Adverse Effect of Ocean Acidification on Marine Organisms | OMICS International
ISSN: 2155-9910
Journal of Marine Science: Research & Development

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Adverse Effect of Ocean Acidification on Marine Organisms

Alessandra Gallo, Elisabetta Tosti*
Stazione Zoologica Anton Dohrn, Naples, Italy
*Corresponding Author : Elisabetta Tosti
Dept. of Biology and Evolution of Marine Organisms
Stazione Zoologica Anton Dohrn, Napoli, Italy
Tel: +390815833288
Email: [email protected]
Rec Date: April 16, 2016; Acc Date: April 18, 2016; Pub Date: April 26, 2016
Citation: Alessandra Gallo, Elisabetta Tosti (2016) Adverse Effect of Ocean Acidification on Marine Organisms. J Marine Sci Res Dev 6:e139. doi:10.4172/2155-9910.1000e139
Copyright: © 2016 Alessandra Gallo, This is an open-access article distributed under the terms of the Creative Commons Attribution License, which permits unrestricted use, distribution, and reproduction in any medium, provided the original author and source are credited.

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Evidence over the past 20 years indicates that marine organisms live in a multistressor environment caused by anthropogenic activities since industrialization and agriculture have generated chemical pollution along with several modifications of the ocean temperature and pH [1].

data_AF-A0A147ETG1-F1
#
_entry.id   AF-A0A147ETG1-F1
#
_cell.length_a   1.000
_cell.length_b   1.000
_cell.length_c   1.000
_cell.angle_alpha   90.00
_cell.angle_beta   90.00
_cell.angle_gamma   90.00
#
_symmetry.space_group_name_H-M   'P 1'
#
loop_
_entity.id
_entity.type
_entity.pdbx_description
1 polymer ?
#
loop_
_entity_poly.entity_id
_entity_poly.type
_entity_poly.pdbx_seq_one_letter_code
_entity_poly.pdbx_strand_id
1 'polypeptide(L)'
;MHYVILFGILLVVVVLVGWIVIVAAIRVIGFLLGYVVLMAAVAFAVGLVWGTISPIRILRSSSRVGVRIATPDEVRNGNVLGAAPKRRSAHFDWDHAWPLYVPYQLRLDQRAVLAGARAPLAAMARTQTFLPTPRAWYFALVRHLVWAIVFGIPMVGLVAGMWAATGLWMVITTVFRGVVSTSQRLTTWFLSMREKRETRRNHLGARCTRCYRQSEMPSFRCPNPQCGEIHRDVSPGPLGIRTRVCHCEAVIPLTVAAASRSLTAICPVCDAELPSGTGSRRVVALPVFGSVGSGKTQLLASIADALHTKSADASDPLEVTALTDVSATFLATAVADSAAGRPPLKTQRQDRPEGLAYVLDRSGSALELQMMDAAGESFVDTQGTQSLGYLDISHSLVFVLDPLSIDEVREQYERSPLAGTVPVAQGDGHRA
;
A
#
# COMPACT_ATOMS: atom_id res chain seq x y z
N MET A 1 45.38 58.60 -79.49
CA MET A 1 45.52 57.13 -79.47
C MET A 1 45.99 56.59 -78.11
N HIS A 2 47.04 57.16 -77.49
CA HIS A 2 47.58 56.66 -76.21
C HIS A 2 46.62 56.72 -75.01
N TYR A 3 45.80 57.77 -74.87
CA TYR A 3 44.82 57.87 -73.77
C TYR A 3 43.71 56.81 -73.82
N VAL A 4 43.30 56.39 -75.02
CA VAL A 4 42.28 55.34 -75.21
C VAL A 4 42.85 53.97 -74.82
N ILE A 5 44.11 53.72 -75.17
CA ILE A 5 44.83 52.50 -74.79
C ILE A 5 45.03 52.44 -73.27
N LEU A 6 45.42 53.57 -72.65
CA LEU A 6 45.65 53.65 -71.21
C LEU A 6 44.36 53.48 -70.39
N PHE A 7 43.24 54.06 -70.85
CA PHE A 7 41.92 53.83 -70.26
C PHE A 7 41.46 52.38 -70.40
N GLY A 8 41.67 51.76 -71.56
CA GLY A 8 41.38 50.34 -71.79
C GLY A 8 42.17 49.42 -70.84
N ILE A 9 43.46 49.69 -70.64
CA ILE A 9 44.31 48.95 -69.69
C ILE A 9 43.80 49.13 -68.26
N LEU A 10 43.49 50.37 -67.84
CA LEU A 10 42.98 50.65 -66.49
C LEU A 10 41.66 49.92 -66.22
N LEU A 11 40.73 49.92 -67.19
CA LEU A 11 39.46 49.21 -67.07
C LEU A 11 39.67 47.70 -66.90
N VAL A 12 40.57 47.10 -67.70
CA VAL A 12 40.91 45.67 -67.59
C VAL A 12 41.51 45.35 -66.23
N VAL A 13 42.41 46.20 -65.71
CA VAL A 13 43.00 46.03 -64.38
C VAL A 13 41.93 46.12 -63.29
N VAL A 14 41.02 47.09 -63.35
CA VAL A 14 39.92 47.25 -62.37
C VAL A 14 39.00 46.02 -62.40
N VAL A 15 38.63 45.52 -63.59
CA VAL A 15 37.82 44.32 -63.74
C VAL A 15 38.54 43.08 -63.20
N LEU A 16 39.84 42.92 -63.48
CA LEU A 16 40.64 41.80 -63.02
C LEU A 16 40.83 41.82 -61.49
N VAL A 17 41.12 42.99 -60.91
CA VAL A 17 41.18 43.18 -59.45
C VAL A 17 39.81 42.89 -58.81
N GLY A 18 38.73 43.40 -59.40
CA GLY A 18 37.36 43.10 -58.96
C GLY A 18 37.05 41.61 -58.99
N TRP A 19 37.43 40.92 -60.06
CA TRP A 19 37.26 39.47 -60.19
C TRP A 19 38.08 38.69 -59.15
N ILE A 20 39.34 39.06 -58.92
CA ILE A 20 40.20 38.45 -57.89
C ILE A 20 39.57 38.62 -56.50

Ocean acidification (OA) is a process induced by a change in the chemistry of carbonate. In normal situations carbon dioxide (CO2) is produced by either photosynthesis and respiration and in long term scale by geological processes, however the excess of CO2 generated by fuel burning and industries and released in the atmosphere is uptaken and stored in the oceans [2]. Such dissolved CO2 into the water surface is progressively creating a pH gradient towards more acidic conditions ultimately resulting in a generalized pH decline. pH of coastal marine waters varies of about 0.5 units in physiological conditions, however different conditions as seasonality, circadian cycles and runoff may strongly influence pH oscillations. At present, scientific community is alarming since it has been predicted that mean global pH will decrease of about 0.5 units within 2,100 generating a diffused OA. Furthermore OA will be accompanied by a generalized global warming [3] and changes of other parameters such as salinity and available oxygen. These multistress conditions may seriously threat marine species that live and reproduce along the coasts inducing pronounced deleterious effects on structure and functions of marine ecosystems.
Acidification impacts physiological cell processes by influencing the acid–base balance or redox affecting in turn cellular homeostasis which is at the basis of several metabolic, osmotic and ionic pathways.